Bookshelves /storage #1: Now that I've built it, how do I move it?

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Blog entry by curliejones posted 03-07-2016 01:49 PM 1171 reads 0 times favorited 3 comments Add to Favorites Watch
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Ever find yourself in this situation? I believe I may have stopped “progress” on these bookshelves just in time and I wanted to share a couple ideas for attaching handles so it could be moved handily and without danger to the project or surroundings.

After a recent plumbing leak (washer supply hose corroded) the “study” suffered the damage through the shared wall with the laundry. The baseboard was removed, a small amount of sheetrock cut away, framing and subfloor dried, and the old carpet and padding swapped out for the new.

One of those “someday” projects, building in shelving for books and miscellaneous storage was moved to the forefront. I bought four sheets of 3/4” plywood that is oak veneered and built jigs to break those sheets down to manageable 16” strips, 8 ft long.

I cut dados with a router for the first time after building the adjustable dado jig that you commonly see and built a case with a top, bottom, and a middle shelf and there are two vertical divisions between the two sides. That gives me six compartments. I drilled 300 holes for adjustable shelving using the Kreg jig and was happy with both the jig and the included drill bit. During assembly, this rascal consumed a chunk of floor space in the workshop and even after standing it up, the finish work prohibited sawdust-making. I put stain and a couple of coats of polyurethane on it and began to wonder about getting this into the house before I added any more weight to the project, measuring 81” long and 78” high.

After calculating the weight at approximately 120 lbs., my wife said she could handle it. The neighbor I shared many lifting and loading experiences with, both his and mine, recently had open heart surgery so my normal option was out. After studying the bookcase for a little, I decided to put handles horizontally at 26” off the floor. The horizontal middle shelf of the unit was around 40” off the floor, meaning the 200 ft trip would have to be all arm strength if we wanted to use the middle shelf.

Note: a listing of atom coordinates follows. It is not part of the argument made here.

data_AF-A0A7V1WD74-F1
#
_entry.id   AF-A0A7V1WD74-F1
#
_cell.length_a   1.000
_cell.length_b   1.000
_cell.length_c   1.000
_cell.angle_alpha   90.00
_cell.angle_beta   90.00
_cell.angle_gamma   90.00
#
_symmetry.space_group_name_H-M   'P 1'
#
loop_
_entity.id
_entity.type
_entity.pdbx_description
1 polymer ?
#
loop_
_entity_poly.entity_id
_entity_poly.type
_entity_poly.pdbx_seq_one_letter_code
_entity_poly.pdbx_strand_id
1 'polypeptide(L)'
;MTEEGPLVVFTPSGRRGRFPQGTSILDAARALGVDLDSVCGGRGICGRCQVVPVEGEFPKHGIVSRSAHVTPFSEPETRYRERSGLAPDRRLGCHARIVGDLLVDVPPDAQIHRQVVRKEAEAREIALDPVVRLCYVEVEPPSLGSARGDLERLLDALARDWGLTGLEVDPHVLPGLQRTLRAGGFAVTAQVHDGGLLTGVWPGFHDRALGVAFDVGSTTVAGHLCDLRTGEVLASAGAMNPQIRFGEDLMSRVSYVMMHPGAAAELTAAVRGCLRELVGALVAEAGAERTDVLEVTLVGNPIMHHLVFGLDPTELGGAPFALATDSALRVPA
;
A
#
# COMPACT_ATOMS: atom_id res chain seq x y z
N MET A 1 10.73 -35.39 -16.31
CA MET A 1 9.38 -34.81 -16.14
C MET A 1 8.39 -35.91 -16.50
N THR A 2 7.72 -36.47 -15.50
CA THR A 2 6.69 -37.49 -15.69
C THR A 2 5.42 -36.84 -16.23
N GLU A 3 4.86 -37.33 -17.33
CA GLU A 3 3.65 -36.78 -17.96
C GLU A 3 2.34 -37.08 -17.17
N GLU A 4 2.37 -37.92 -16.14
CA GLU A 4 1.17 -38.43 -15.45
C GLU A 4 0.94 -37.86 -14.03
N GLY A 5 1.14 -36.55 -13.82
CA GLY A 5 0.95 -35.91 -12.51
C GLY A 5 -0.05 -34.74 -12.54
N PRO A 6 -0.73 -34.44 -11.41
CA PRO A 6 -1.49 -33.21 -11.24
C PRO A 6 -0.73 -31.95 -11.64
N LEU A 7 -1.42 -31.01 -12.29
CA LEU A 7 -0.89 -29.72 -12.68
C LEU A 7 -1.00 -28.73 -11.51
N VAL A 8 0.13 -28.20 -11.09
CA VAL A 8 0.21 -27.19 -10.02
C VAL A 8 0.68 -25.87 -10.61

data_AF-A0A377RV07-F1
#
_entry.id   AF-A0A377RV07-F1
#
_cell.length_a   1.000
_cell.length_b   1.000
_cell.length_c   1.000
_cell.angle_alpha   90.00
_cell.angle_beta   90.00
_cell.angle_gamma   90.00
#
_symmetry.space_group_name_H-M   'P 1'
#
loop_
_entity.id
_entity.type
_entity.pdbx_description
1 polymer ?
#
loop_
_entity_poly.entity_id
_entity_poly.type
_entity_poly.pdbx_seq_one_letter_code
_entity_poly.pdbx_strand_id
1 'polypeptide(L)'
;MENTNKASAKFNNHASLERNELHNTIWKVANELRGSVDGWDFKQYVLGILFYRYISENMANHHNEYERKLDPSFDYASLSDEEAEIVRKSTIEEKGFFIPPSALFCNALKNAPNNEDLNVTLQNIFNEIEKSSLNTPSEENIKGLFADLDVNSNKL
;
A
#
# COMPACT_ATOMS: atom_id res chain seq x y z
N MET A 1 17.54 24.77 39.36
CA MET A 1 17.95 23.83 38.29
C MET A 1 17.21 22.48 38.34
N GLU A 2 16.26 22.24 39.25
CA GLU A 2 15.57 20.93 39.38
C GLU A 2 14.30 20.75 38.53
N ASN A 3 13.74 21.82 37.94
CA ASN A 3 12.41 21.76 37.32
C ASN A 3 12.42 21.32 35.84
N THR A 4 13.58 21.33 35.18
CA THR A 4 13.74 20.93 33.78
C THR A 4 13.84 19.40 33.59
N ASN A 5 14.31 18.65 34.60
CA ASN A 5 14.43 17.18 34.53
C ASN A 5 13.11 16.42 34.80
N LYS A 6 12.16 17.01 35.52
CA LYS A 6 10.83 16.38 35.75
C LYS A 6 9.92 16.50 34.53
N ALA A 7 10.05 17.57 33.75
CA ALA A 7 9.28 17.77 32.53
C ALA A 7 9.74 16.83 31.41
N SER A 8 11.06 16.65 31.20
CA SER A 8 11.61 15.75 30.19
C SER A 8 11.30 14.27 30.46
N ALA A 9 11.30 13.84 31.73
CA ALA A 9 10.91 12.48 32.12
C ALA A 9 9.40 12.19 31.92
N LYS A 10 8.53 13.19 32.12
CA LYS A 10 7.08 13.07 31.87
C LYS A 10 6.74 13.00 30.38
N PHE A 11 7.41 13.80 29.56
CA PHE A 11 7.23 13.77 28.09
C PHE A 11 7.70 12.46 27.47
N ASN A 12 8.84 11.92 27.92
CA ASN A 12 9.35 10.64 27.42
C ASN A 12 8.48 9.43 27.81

I ripped a 10 ft. clear pine 1×8 in half and round the edges just a little for comfort. I used that same Kreg jig to insert three 1/4” dowels into some scrap plywood pieces that could be inserted into the plywood sides where I’d drilled holes for adjustable shelving. I pushed these into place with a little force then used a 6” f-style clamp on each of the four pieces to secure them in their assigned place. This gave me an extra thickness of 3/4” plywood so that my “handles” could be attached not only to the case work sides, but also to the plywood scrap.

I attached the handles at 26” off the floor so we could lift with legs and back while arms were extended and have a ground clearance of about 3”. Things went surprisingly easy using these handles and the screw holes left behind will be either against the wall in the back or covered by the face frame once it is attached. The little plywood pieces with dowels wiggled right out. This was a quick and easy way to move some pretty good weight and the firm handles gave us control that flexible lifting straps and the like would not have provided.

The last time I built something that was close to this large, it was built in halves, bolted together and then covered with a face frame. That’s a good method for me to keep in mind for any future large projects!

-- Like Guy Clark sez - "Sometimes I use my head, Sometimes I get a bigger hammer"

3 comments so far

View sras's profile


5289 posts in 3736 days

#1 posted 03-07-2016 04:49 PM

Nice solution!

-- Steve - Impatience is Expensive

View JCinVA's profile


164 posts in 1438 days

#2 posted 03-08-2016 07:06 AM

I like it. I wonder if the doweled blocks and clamps would be enough for a finished project that you couldn’t screw into?

View curliejones's profile


186 posts in 2874 days

#3 posted 03-09-2016 12:57 AM

Thanks sras and Hi JC in VA. I used a block of wood to protect the outer finished surfaces even though the f-style clamps had soft plastic clamp pads. This allowed to really crank down tight on the clamps. I imagine that the doweled blocks could be a little longer than the 6” I made them and easily hold more than three dowels to better distribute any stress over a wider area. Other than adding a few pounds, I’d see no reason not to double the clamps if you intend to avoid screwing into the workpiece. My intuition tells me it would be enough and I’d probably use blocks with 5 or 6 dowels. I felt the handle placement made a lot of difference in this move.

-- Like Guy Clark sez - "Sometimes I use my head, Sometimes I get a bigger hammer"

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